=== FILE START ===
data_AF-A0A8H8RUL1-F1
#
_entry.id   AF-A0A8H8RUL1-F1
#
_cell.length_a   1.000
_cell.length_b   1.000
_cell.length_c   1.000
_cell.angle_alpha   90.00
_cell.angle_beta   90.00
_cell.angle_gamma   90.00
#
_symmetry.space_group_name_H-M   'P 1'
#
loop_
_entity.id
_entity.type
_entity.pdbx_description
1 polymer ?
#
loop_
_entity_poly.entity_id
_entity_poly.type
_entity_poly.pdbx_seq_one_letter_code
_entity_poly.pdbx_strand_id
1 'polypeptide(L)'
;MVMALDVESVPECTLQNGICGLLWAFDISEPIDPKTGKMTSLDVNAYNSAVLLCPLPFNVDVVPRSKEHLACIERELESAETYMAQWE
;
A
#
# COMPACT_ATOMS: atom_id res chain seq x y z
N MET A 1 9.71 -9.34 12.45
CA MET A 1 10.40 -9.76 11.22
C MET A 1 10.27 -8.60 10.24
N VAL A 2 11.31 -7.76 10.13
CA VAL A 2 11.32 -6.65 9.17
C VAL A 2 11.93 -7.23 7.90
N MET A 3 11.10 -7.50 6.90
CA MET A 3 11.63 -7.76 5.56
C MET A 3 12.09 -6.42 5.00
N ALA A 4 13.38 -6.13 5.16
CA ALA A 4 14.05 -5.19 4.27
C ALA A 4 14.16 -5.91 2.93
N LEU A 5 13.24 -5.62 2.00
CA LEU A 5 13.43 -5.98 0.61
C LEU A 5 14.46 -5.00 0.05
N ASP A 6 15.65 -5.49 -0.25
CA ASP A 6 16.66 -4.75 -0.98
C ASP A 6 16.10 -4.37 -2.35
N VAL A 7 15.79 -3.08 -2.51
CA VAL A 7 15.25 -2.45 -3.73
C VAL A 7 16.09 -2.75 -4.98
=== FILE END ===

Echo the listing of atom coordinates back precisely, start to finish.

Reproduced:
data_AF-A0A8H8RUL1-F1
#
_entry.id   AF-A0A8H8RUL1-F1
#
_cell.length_a   1.000
_cell.length_b   1.000
_cell.length_c   1.000
_cell.angle_alpha   90.00
_cell.angle_beta   90.00
_cell.angle_gamma   90.00
#
_symmetry.space_group_name_H-M   'P 1'
#
loop_
_entity.id
_entity.type
_entity.pdbx_description
1 polymer ?
#
loop_
_entity_poly.entity_id
_entity_poly.type
_entity_poly.pdbx_seq_one_letter_code
_entity_poly.pdbx_strand_id
1 'polypeptide(L)'
;MVMALDVESVPECTLQNGICGLLWAFDISEPIDPKTGKMTSLDVNAYNSAVLLCPLPFNVDVVPRSKEHLACIERELESAETYMAQWE
;
A
#
# COMPACT_ATOMS: atom_id res chain seq x y z
N MET A 1 9.71 -9.34 12.45
CA MET A 1 10.40 -9.76 11.22
C MET A 1 10.27 -8.60 10.24
N VAL A 2 11.31 -7.76 10.13
CA VAL A 2 11.32 -6.65 9.17
C VAL A 2 11.93 -7.23 7.90
N MET A 3 11.10 -7.50 6.90
CA MET A 3 11.63 -7.76 5.56
C MET A 3 12.09 -6.42 5.00
N ALA A 4 13.38 -6.13 5.16
CA ALA A 4 14.05 -5.19 4.27
C ALA A 4 14.16 -5.91 2.93
N LEU A 5 13.24 -5.62 2.00
CA LEU A 5 13.43 -5.98 0.61
C LEU A 5 14.46 -5.00 0.05
N ASP A 6 15.65 -5.49 -0.25
CA ASP A 6 16.66 -4.75 -0.98
C ASP A 6 16.10 -4.37 -2.35
N VAL A 7 15.79 -3.08 -2.51
CA VAL A 7 15.25 -2.45 -3.73
C VAL A 7 16.09 -2.75 -4.98